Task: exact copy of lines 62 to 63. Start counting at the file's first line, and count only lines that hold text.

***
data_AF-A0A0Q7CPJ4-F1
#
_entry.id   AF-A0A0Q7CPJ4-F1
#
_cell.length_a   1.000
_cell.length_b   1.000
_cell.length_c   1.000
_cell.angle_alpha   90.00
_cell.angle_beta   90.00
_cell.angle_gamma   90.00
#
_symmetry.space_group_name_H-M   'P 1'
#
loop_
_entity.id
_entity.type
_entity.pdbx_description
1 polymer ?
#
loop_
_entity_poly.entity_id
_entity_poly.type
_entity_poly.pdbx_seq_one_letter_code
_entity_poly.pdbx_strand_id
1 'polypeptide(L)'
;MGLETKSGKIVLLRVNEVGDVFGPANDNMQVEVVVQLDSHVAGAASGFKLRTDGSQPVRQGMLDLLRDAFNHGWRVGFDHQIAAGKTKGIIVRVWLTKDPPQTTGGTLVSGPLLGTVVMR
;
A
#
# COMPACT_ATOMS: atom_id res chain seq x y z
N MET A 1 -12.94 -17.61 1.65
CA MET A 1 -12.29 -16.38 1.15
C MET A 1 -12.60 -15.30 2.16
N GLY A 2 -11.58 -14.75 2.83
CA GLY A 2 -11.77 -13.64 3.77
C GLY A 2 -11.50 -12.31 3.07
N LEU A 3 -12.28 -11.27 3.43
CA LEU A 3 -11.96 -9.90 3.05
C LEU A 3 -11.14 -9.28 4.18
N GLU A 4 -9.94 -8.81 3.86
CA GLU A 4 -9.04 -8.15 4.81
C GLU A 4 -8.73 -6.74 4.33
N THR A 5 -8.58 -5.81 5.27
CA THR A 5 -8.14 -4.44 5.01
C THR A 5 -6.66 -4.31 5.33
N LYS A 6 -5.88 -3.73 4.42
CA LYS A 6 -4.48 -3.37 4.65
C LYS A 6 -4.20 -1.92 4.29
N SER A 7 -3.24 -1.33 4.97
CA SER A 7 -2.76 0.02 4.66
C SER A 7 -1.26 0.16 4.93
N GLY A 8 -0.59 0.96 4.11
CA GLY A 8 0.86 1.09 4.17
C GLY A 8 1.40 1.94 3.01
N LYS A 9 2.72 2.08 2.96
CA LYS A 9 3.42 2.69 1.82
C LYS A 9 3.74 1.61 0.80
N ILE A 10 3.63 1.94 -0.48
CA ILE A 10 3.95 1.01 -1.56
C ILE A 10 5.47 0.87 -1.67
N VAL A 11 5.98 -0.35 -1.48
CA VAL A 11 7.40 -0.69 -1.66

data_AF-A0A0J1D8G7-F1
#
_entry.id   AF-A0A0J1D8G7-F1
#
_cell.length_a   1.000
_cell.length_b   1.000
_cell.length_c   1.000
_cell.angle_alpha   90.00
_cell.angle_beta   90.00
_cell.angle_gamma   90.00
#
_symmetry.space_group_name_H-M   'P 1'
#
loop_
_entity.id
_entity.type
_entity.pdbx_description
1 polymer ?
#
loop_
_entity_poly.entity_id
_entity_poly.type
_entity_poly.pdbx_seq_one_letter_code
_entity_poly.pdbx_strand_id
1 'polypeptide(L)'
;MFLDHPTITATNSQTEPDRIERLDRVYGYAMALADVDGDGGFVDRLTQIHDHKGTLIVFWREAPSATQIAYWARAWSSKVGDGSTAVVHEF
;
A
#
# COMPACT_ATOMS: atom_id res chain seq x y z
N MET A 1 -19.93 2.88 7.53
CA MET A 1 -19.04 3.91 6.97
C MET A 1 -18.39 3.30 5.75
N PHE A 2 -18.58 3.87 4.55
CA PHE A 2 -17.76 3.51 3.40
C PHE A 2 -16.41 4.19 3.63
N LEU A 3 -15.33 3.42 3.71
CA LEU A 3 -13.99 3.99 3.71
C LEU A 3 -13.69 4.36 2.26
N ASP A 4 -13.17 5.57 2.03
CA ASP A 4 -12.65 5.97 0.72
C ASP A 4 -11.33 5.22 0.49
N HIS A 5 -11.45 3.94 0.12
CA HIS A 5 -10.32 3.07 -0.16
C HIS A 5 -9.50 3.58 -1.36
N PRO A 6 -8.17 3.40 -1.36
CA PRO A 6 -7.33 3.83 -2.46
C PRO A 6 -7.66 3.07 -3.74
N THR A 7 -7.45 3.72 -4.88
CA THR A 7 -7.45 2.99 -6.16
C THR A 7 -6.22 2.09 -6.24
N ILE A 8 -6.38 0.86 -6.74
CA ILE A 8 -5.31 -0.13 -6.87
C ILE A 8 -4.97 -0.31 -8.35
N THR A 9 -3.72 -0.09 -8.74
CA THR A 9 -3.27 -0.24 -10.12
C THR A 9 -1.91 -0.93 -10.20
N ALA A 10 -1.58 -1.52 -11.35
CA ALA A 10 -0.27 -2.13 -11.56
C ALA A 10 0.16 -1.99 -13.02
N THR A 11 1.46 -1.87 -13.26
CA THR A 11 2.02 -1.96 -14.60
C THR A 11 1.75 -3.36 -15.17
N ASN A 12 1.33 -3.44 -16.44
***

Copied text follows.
CA VAL A 11 7.40 -0.69 -1.66

data_AF-A0A0J1D8G7-F1